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Jean-Pierre Frigon has been interested for a long time in French Canadians' participation in war efforts. As the official curriculum does not devote a great deal of attention to it, he has added his own unit, which extends over a three- or four-month period. The unit has three major components: a research project on the last war, a trip to France and fund-raising activities for this trip.

History in flesh and blood

Every year, the teacher asks his students to prepare a presentation on life during the Second World War. What makes his process original is the perspective. Instead of learning history through famous figures or major events, the students see it through the eyes of those close to them. The project parameters are as follows:

  • The students gather oral testimony from a family member whose life was affected by the Second World War (e.g.: a veteran or a member of his family, a former war factory employee, a participant in the local war effort, etc.). The eyewitnesses also lend the youngsters photographs, letters, ration coupons and other documents to be used to illustrate their work.
  • The students must consult other sources to augment the information they have gathered.
  • The presentation must be the equivalent of at least five pages of text.
  • The students are free to choose the medium for the presentation (CD-ROM, DVD, etc.), so long as their work is the result of an in-depth, original analysis of the material.
  • The students have one month to complete their work.
  • The outcomes are evaluated on subjective basis.
  • The students must give a copy of their work to their respective eyewitnesses.

"[translation] At first, the students are not very into this; a number drag their feet," says Jean-Pierre. However, all it takes is for the students to meet "their" eyewitnesses for the human aspect of the story to hook them. They return from their investigation with a greater appreciation of the topic.

Happy is he who likes Ulysses...

Since 2007, Jean-Pierre has organized a seven-day commemorative trip to France every year for the students in his contemporary history course. This is "The roads to freedom", an optional activity in which about thirty young people participate.

The travellers' first and main destination is Normandy and the high point of the trip takes place at the Juno Beach Centre where the young people unveil a plaque dedicated to the memory of a veteran from their region.

The trip costs $1,700 per student, which is not affordable to all. That is why Jean-Pierre organizes a series of activities that enable the young people to partially or fully fund their trip, based on their needs.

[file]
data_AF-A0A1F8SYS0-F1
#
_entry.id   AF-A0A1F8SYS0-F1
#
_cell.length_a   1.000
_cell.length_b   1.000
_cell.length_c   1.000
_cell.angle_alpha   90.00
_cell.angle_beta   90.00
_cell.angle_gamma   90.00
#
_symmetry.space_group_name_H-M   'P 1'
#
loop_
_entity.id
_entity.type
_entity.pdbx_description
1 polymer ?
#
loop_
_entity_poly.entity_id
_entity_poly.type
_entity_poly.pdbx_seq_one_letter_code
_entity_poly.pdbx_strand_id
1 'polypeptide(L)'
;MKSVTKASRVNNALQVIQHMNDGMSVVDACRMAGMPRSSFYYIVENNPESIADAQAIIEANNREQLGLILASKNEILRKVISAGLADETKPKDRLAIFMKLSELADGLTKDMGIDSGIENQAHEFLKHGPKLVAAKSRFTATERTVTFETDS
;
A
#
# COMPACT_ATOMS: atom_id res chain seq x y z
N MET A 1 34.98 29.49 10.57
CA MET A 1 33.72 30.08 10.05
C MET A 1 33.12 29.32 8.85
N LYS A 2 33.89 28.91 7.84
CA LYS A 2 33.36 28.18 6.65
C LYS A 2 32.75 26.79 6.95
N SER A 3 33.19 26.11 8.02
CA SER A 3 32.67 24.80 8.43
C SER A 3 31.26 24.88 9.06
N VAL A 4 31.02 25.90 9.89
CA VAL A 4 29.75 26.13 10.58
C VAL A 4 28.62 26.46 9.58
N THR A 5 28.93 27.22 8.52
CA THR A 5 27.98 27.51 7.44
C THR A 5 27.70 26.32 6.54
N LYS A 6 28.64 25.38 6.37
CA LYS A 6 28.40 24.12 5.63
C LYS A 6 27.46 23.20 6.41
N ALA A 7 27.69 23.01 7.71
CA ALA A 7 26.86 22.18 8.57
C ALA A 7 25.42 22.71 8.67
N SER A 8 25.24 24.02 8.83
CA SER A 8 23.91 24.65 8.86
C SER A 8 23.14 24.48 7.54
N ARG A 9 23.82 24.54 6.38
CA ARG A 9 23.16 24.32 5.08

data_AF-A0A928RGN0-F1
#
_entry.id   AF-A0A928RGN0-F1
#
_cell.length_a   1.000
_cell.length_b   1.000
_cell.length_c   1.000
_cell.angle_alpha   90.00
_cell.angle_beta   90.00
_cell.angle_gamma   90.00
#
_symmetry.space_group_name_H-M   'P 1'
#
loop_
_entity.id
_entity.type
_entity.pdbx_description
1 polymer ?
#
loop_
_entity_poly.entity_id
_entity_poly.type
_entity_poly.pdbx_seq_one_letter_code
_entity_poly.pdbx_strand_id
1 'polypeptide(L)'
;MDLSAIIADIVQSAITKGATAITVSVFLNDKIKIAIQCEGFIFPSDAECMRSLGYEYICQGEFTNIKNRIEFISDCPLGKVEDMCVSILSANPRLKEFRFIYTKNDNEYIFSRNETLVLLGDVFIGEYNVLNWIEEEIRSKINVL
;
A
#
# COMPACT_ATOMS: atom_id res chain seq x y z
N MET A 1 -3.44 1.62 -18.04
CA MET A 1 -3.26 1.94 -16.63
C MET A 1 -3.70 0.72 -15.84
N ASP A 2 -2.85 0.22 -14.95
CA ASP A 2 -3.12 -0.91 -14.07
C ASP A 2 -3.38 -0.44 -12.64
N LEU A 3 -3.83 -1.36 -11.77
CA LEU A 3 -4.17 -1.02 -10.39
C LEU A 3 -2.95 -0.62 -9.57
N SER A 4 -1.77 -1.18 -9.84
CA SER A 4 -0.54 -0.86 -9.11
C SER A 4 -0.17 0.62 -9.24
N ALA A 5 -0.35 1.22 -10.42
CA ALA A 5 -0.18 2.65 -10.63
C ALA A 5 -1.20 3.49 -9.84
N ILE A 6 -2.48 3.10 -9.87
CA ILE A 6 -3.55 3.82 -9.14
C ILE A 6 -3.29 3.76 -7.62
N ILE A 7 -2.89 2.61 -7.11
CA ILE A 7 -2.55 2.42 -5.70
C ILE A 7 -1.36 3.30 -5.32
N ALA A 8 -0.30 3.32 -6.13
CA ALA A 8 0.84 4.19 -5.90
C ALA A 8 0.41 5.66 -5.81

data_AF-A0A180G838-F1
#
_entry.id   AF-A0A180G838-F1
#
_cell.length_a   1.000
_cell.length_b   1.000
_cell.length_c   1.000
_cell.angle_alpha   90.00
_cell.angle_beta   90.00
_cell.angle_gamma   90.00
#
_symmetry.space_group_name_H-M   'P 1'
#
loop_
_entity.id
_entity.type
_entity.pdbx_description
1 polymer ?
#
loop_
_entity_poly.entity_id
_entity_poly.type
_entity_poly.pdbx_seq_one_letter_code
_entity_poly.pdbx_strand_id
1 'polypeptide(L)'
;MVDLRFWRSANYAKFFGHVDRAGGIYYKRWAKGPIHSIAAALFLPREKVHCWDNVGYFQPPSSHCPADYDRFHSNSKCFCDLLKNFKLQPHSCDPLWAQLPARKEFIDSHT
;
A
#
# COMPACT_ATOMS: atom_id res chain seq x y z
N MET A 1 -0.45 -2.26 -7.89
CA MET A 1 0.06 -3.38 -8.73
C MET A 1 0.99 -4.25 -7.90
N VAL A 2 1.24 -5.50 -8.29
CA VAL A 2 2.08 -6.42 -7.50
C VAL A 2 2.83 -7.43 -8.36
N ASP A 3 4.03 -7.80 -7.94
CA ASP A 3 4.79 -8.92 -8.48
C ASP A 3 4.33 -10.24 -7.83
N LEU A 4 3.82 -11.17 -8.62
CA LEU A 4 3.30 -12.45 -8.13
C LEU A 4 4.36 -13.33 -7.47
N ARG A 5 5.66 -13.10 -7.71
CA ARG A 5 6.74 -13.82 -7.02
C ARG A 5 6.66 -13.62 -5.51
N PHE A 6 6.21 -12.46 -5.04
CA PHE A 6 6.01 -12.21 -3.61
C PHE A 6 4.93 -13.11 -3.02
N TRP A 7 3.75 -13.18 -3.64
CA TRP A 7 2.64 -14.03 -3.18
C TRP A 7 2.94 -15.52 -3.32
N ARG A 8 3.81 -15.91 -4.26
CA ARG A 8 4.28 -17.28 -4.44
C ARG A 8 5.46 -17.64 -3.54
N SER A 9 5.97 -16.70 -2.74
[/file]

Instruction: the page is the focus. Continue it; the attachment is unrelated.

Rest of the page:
In 2007, the teacher proposed to his students that they create bulletin boards representing all their region's veterans of the Second World War. They displayed their work in the corridor outside the classroom and created a magnificent "Memory Wall."

Inspired by his students' enthusiasm, Jean-Pierre decided to adapt the idea to the production of a historic calendar. He asked one of his former students who has become a graphic artist to meet with his student in computer class. Using specialized software, she taught them how to put together their calendars themselves and thereby fund a part of their trip to France. "The businesses and military institutions in the region were very generous," explained the teacher. "We also obtained grants from the municipal and provincial governments. Thanks to this support, the students were able to sell more than 1,200 calendars."

The most important source of revenue is the large Western festival that attracts thousands of visitors to Saint-Tite. Students who work are paid at a pre-established hourly rate. They can even ask their parents to work with them to help them fill their coffers.

As Jean-Pierre Frigon explained, these projects brought a few things to light:

  • Putting a human face on history instils students with the desire to learn about their past and shape their own future.
  • Students are motivated and enthusiastic when the subject matter really speaks to them. The quality of their work is above average.
  • Technological tools stimulate young people's creativity.
  • The proposed research bridges the gap between generations.
  • The students are very proud.